Dosing Frequency and Adherence to Antipsychotic Medications


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Abstract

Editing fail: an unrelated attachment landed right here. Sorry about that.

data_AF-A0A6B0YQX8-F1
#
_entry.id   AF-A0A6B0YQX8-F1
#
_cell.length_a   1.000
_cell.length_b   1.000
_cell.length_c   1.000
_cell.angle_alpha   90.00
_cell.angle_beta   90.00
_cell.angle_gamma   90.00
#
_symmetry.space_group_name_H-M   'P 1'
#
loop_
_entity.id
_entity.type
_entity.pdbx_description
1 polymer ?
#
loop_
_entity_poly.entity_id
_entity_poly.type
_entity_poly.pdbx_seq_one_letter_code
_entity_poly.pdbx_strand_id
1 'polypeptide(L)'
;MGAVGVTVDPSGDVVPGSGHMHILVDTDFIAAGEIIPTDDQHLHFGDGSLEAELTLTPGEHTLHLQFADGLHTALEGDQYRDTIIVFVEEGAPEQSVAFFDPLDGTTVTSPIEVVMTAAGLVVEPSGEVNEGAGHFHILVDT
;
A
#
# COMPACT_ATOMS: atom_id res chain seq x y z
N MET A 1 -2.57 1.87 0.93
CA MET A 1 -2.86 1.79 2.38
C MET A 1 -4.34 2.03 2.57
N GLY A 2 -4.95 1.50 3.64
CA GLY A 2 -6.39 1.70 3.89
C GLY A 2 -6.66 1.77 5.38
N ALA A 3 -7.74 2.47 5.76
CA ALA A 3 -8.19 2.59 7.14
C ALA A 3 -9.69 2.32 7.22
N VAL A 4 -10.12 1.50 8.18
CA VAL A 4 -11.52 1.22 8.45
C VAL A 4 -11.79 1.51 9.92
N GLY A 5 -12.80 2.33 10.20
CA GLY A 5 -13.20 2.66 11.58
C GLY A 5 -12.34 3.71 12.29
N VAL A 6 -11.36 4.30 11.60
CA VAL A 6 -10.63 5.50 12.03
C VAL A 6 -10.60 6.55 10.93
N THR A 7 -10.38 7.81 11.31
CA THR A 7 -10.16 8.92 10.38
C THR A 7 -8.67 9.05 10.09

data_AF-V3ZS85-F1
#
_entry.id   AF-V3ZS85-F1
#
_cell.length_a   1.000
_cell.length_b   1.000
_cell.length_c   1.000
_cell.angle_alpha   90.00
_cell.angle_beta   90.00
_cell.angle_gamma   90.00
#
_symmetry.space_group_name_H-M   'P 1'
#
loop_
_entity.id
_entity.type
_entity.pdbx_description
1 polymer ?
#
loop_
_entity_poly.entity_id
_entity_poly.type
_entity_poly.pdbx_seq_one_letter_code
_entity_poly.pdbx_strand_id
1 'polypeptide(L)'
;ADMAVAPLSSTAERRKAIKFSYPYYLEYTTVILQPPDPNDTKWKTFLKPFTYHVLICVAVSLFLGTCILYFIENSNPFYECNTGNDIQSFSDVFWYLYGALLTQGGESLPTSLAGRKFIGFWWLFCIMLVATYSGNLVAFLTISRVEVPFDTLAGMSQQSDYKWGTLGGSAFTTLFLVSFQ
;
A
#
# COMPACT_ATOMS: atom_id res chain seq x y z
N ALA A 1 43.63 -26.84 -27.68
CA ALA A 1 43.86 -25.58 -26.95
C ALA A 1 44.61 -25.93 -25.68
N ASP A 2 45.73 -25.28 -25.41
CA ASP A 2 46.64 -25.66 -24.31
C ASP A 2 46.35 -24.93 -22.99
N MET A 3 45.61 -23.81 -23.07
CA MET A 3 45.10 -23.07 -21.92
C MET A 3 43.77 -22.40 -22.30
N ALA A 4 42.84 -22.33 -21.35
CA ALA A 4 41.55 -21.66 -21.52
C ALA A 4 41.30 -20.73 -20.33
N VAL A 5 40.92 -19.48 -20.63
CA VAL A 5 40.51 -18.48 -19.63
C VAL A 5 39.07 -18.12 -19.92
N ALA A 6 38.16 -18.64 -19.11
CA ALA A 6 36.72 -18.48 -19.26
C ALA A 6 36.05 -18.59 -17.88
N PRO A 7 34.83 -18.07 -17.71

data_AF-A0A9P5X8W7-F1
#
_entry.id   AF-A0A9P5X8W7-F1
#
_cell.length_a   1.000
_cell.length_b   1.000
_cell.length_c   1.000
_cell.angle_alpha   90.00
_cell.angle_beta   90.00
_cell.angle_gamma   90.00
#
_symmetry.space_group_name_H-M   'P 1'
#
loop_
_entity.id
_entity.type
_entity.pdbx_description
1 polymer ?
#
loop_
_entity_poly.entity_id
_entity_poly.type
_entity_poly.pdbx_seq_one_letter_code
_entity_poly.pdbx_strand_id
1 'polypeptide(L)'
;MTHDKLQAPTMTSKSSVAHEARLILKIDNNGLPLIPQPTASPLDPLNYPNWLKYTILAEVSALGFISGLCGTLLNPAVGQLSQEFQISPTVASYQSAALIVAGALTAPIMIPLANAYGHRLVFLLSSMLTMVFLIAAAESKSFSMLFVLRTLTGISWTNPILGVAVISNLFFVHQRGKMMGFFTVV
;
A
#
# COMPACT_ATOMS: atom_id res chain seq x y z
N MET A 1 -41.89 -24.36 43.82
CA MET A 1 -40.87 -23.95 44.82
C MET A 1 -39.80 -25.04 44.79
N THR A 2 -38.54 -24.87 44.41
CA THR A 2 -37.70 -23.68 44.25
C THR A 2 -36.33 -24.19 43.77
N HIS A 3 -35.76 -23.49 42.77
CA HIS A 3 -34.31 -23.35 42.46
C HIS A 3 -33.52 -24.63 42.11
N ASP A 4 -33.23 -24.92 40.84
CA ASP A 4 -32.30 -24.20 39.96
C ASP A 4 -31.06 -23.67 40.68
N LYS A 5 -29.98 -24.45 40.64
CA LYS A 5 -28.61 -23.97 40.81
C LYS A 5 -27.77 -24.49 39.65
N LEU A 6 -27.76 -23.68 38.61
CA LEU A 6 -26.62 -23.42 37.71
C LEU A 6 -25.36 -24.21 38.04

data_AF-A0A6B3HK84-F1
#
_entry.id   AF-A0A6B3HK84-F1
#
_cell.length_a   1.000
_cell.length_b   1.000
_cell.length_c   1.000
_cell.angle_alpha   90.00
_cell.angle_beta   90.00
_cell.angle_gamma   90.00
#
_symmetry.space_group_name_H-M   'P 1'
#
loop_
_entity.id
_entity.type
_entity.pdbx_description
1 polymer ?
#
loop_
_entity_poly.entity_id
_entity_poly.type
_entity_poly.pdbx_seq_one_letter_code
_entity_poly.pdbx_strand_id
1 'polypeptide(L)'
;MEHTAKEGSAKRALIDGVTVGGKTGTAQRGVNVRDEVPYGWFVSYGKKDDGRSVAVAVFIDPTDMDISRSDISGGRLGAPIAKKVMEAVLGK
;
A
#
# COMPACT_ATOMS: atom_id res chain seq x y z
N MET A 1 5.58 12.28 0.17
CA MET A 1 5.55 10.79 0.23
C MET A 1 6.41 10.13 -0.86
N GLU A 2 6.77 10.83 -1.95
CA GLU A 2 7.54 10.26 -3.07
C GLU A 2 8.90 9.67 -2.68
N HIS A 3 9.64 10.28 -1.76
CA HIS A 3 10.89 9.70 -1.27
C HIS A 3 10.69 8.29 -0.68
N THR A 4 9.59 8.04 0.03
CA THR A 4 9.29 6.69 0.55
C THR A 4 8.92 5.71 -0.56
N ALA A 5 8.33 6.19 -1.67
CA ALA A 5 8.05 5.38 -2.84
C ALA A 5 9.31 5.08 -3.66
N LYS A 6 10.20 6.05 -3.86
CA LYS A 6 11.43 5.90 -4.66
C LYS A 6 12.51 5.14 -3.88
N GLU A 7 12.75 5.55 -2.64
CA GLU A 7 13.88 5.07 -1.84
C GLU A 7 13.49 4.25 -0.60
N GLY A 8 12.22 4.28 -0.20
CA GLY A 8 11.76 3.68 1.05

ObjectivesThis study investigated whether dosing frequency affects antipsychotic medication adherence among patients with schizophrenia.MethodsDatabases from the Department of Veterans Affairs were used to assess adherence among patients with a diagnosis of schizophrenia. Adherence was measured by using antipsychotic medication possession ratios (MPRs). Adherence was compared among patients who experienced an increase or decrease in dosing frequency and among patients on stable regimens of once-daily or more than once-daily dosing.ResultsAmong patients with a dose increase (N=1,639), those with increases in dosing frequency (N=258) had a mean change in MPRs of -.105, compared with -.002 for those without a dosing frequency change (N=1,381) (p<.001). Patients with decreases in dosing frequency (N=1,370) had a small but significant increase in mean MPRs (MPR change=.045) when compared with 2,740 patients without a dosing frequency change (MPR change=-.018) (p<.001). Among patients on stable regimens (N=32,612), there were no significant differences in MPRs between those receiving once-daily dosing (MPR=.80) and those receiving more than once-daily dosing (MPR=.80).ConclusionsAmong patients on less stable dosing regimens, increases in dosing frequency may result in modest decreases in adherence.

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